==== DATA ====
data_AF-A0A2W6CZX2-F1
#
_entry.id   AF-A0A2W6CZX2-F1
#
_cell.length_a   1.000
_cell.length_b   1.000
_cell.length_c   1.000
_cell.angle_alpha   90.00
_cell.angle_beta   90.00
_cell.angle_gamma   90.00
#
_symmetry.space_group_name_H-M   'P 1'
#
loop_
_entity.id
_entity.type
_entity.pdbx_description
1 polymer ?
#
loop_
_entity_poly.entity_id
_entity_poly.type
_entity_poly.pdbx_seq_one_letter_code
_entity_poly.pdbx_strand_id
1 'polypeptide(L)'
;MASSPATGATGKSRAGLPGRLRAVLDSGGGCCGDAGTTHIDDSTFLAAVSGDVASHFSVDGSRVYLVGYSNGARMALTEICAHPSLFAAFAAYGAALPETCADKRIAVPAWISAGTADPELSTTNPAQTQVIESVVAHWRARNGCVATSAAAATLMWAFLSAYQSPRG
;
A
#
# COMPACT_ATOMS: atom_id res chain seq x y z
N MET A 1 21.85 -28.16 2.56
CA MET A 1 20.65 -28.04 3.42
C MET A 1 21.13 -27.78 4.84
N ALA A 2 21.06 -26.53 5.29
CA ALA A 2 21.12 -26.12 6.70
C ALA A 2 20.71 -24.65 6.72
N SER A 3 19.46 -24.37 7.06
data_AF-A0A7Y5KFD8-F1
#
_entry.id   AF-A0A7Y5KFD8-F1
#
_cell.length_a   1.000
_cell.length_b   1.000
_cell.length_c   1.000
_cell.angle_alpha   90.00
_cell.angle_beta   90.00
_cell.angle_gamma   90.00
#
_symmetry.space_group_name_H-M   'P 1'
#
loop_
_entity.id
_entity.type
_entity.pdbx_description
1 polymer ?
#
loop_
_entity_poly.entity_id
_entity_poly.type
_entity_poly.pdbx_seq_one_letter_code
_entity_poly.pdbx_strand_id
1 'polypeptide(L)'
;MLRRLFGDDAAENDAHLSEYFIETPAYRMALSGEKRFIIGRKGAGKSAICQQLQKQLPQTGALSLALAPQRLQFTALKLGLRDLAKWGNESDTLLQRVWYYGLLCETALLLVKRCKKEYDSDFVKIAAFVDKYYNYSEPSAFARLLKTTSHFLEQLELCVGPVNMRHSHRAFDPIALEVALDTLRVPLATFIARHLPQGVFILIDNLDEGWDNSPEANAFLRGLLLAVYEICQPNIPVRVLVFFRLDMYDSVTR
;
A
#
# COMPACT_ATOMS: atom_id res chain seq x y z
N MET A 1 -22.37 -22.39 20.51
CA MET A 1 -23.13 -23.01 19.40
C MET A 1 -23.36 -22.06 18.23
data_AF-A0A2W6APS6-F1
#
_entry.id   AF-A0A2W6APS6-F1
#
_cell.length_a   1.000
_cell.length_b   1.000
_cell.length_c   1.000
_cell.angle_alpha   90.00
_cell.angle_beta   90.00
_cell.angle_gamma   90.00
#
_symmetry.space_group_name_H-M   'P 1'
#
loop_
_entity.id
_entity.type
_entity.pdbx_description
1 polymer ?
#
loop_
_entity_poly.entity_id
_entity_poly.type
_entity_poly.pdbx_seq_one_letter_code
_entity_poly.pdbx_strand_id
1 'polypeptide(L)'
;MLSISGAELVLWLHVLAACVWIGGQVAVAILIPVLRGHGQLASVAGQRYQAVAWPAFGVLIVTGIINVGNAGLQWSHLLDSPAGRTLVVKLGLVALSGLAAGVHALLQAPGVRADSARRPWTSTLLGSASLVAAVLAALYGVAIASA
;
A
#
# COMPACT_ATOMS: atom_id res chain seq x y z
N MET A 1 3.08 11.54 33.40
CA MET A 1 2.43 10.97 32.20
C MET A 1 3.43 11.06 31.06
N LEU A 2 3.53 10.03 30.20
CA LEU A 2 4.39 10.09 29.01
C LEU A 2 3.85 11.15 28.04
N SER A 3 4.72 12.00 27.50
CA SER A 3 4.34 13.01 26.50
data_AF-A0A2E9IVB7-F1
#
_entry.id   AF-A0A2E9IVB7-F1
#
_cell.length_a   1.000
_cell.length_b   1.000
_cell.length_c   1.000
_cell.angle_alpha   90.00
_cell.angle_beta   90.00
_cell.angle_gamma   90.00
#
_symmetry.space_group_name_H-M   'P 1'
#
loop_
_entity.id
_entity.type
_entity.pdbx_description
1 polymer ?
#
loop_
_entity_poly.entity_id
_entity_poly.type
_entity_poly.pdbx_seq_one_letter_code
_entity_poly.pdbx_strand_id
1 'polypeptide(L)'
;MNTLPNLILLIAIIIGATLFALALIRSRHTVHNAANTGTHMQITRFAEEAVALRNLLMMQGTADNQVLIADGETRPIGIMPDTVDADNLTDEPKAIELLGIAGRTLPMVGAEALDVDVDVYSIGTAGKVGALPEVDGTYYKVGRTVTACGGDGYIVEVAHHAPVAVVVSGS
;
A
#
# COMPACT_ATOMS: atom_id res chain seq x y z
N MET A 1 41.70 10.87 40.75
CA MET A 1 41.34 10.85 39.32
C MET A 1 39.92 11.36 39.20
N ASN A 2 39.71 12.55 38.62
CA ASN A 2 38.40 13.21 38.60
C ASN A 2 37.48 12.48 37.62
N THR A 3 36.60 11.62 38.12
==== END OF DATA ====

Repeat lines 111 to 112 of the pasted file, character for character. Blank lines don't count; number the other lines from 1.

_entry.id   AF-A0A2E9IVB7-F1
#